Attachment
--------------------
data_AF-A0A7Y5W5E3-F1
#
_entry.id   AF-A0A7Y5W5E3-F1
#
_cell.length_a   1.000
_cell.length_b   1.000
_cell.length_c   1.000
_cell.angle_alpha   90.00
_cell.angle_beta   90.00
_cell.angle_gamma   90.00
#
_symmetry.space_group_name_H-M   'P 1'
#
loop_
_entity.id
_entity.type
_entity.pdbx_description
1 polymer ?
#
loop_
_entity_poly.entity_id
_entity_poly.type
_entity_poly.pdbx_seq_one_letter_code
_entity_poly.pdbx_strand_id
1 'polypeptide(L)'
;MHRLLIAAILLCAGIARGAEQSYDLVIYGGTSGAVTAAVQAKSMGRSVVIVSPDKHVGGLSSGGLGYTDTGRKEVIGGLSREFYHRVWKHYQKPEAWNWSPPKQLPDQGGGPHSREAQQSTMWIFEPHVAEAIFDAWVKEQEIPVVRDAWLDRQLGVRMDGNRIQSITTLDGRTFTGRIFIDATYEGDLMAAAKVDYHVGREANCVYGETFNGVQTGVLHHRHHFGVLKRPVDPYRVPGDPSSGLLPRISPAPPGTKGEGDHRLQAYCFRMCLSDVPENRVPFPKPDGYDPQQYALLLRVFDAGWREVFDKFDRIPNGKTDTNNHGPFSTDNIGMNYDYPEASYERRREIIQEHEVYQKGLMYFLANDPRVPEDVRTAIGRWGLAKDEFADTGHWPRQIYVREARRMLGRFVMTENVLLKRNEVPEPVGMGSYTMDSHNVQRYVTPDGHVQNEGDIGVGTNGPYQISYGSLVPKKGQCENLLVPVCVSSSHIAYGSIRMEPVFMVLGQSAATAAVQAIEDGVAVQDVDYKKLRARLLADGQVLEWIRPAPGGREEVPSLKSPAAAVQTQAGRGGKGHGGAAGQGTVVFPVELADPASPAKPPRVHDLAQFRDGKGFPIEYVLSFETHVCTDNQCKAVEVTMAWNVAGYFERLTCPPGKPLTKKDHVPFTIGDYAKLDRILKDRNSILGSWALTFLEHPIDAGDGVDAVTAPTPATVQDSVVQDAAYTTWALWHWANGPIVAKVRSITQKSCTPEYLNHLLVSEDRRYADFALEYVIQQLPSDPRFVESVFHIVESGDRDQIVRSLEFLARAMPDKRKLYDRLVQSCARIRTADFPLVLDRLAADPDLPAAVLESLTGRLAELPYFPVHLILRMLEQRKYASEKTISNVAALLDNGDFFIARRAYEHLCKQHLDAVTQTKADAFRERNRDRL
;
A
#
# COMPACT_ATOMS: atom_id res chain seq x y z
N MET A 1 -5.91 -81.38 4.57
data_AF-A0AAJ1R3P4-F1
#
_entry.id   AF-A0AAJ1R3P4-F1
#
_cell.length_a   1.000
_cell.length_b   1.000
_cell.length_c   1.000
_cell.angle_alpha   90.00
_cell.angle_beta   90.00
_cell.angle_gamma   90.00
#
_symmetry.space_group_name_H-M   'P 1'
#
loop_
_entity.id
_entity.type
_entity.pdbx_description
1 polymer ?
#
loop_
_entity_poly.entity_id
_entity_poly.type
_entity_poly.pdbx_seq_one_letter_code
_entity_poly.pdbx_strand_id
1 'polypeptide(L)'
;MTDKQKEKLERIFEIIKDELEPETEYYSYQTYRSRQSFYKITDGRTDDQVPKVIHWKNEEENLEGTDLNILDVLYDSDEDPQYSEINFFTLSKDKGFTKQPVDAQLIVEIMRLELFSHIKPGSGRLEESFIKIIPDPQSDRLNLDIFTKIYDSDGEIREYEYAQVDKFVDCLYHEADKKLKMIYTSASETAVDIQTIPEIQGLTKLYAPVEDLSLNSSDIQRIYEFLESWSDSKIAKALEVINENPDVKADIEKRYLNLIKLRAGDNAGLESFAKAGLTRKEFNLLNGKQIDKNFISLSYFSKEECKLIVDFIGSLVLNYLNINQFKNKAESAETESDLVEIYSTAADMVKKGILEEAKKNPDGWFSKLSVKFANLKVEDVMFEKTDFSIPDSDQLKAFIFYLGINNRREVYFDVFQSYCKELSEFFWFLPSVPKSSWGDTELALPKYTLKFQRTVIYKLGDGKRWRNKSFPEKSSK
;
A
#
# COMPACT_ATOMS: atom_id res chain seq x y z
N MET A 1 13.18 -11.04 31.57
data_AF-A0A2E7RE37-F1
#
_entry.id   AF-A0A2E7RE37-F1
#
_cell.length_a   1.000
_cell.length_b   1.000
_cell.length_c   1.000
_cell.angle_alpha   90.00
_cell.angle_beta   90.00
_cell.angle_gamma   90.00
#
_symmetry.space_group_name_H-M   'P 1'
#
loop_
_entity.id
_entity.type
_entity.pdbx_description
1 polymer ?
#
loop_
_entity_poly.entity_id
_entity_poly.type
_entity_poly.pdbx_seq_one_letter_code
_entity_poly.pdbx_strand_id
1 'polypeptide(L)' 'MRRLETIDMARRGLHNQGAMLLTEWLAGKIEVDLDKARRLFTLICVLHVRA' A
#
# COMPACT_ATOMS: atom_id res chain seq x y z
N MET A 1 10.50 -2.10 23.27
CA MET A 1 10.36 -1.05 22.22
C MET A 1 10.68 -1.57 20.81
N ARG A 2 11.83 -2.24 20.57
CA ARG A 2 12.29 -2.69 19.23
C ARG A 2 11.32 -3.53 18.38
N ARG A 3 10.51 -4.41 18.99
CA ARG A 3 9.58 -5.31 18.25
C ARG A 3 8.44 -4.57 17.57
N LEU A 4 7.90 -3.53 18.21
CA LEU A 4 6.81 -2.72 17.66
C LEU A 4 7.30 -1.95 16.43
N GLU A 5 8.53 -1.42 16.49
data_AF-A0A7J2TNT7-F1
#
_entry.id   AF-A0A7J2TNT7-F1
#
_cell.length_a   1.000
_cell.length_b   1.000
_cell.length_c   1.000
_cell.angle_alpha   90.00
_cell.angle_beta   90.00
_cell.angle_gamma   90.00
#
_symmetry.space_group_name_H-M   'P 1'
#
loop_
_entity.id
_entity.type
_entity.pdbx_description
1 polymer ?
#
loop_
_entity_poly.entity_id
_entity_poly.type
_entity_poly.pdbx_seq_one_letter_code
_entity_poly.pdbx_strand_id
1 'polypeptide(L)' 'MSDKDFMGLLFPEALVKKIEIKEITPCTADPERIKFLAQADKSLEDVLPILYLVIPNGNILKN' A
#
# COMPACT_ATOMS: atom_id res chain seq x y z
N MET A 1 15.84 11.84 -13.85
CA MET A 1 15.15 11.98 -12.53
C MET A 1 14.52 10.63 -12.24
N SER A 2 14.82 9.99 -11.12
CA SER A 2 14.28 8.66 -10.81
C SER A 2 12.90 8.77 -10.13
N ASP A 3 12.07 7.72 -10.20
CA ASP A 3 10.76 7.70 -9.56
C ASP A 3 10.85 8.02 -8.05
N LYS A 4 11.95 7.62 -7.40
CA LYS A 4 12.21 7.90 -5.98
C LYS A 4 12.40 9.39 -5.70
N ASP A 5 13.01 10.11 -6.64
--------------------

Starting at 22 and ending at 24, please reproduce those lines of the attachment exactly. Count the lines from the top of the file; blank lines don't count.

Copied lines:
_entity_poly.type
_entity_poly.pdbx_seq_one_letter_code
_entity_poly.pdbx_strand_id